March is National Nutrition Month and if you’re a mom (or dad) you probably have spent some time in the kitchen making meals for hungry kids.

We know from experience that some kids will try just about anything and others are picky eaters, but one of the best parts of living in Canada is that you can find everything from a spicy tikka masala to a roast beef dinner on dinner tables across the country. There are lots of different foods from around the world to discover right in our own backyard and a great way to discover them is through reading and trying out new recipes.

Getting kids involved in the kitchen is a great way to get them excited about meals and it’s also an important life skill. In this blog we want to share an amazing book from Kerry McCluskey – Niam! Cooking with Kids . Kerry has been living in the Arctic since 1993, and eventually settled down (for a time) in Apex, Nunavut. While there, she started the Mamaqtuq Nanook Cooking Club, helping children of all ages learn how to cook traditional Inuit recipes, along with other favourite recipes from down South.

“Niam!” is the Inuktitut word for “yum!” and the recipes in this book live up to the title.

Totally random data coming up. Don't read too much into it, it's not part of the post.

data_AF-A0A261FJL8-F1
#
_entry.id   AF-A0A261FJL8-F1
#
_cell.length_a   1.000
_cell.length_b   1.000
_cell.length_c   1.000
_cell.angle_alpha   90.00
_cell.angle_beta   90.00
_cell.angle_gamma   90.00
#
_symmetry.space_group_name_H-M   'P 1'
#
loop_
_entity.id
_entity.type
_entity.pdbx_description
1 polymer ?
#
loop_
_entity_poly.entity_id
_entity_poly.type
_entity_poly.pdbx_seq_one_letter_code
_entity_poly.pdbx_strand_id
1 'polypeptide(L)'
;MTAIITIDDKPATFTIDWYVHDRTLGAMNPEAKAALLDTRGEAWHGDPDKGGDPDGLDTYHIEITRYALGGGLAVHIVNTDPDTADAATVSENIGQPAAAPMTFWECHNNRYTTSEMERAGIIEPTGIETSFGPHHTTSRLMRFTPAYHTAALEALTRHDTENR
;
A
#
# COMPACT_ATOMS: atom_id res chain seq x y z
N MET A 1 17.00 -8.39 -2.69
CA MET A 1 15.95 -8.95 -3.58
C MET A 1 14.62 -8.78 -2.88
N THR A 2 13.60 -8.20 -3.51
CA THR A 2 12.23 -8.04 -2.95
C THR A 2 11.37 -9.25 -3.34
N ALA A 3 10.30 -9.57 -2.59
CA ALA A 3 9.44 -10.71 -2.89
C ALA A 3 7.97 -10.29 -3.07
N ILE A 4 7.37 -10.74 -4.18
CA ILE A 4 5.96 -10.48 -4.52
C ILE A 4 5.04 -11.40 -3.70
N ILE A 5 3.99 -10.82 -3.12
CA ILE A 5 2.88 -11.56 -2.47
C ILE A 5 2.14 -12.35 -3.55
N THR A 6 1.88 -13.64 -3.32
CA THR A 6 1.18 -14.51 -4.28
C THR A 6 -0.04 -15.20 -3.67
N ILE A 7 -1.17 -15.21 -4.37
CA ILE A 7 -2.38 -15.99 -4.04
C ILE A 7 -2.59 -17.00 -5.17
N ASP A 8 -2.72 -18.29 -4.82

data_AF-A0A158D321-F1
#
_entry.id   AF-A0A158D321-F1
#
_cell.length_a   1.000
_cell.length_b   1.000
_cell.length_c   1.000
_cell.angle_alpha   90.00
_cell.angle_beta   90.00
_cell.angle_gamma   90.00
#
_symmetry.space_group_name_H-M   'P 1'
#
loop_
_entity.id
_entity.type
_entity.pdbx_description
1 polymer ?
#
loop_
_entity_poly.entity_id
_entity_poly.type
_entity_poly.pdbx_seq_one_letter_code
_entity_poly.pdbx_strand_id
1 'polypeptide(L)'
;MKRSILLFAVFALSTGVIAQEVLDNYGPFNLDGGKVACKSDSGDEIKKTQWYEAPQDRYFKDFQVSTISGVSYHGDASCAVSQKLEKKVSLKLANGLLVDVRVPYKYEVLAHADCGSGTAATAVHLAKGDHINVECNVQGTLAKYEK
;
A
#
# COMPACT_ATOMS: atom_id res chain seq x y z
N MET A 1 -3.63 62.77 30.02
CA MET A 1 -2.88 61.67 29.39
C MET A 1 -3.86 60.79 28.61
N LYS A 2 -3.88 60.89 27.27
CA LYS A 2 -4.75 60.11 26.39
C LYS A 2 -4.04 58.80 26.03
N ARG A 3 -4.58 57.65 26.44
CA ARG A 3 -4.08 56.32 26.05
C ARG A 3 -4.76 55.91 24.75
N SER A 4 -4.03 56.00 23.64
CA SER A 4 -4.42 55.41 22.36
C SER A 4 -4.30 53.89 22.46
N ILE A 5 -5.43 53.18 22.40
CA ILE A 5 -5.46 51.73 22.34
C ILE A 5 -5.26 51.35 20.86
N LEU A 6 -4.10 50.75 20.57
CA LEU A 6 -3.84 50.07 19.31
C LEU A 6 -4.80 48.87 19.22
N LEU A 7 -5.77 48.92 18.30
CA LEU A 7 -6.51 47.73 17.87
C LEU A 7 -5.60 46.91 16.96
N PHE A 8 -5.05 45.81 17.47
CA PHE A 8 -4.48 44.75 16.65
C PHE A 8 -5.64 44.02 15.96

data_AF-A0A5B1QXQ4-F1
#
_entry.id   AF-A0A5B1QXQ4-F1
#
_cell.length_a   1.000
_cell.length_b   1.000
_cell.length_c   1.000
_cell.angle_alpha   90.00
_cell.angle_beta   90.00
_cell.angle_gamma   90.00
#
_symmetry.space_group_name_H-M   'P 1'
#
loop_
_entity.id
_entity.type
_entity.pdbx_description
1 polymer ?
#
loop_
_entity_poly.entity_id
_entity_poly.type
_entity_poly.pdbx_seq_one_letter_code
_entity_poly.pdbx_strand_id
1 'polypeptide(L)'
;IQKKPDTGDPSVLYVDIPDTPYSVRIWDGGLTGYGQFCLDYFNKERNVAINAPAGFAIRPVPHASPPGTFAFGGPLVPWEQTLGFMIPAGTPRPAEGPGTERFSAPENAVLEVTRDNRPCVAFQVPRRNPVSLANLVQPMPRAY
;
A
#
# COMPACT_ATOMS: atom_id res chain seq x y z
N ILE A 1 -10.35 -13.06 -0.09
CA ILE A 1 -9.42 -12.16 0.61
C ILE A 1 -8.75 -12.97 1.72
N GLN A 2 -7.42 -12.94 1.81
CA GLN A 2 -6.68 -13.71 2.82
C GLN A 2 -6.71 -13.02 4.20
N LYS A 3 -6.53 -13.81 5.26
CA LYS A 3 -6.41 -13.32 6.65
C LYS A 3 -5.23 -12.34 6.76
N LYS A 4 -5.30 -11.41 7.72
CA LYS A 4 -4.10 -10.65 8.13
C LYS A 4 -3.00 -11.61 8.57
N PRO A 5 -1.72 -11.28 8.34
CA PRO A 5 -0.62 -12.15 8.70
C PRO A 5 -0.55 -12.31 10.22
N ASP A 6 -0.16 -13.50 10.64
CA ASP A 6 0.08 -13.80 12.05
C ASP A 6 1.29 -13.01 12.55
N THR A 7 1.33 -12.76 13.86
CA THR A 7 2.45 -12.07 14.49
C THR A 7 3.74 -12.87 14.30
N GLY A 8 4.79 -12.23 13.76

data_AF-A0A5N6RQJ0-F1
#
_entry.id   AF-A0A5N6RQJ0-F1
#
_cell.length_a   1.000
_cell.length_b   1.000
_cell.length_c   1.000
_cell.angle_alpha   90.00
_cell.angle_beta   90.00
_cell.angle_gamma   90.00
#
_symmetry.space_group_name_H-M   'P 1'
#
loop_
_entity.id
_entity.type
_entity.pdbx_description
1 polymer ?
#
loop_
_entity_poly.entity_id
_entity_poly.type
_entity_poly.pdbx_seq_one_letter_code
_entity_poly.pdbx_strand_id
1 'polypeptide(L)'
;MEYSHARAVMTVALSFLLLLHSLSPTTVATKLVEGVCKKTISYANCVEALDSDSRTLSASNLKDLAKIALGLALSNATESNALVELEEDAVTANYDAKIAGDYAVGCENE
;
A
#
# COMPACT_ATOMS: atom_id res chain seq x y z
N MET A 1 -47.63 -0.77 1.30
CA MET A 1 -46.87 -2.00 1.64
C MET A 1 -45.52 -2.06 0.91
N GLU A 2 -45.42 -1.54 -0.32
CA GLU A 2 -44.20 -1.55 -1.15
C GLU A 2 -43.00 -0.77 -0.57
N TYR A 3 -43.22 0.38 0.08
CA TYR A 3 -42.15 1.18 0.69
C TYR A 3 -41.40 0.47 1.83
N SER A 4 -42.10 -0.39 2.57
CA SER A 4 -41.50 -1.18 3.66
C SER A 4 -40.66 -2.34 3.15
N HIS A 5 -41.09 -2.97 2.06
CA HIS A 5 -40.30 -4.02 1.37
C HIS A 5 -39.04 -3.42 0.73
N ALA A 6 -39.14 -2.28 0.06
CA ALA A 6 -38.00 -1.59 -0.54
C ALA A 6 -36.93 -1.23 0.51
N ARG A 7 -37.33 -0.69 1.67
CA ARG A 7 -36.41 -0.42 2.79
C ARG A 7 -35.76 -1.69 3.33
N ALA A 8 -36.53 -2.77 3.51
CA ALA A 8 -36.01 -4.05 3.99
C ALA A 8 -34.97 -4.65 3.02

“From simple smoothies to jerk chicken to pizza from scratch, there is something in this book for all taste buds and skill sets.”

Pick up a copy of Niam! Cooking with Kids (Inhabit Media) at your local library and get ready to get cooking!

For older tweens and teens, adult cookbooks are a great choice that allows them to flex their culinary expertise and their reading, math and multi-tasking skills. There are plenty of great Canadian cookbook Authors/Chefs including Anna Olson (my 12 year old loves making cookies from her books), Michael Smith, Lynn Crawford and so many more. Head to your local library to give some of these a try.

Interested in more books that have a food focus? We suggest reading Bear for Breakfast written by Robert Munsch and illustrated by Jay Odjick. You won’t find any recipes in this one, but you will find a humourous story! Bear for Breakfast was on our 2019 Reading List, as was Amy Wu and the Perfect Bao, which is about making the perfect Chinese bun.

Got food on the brain? Here are some questions you can ask your children in the kitchen:
What is your favourite recipe in this cookbook?
When was the last time you tried a new food?
Can you find the ingredients for this recipe in the kitchen?
Can you help me read these recipes?

Do you have a favourite book that’s all about food? Let us know about it in the comments below.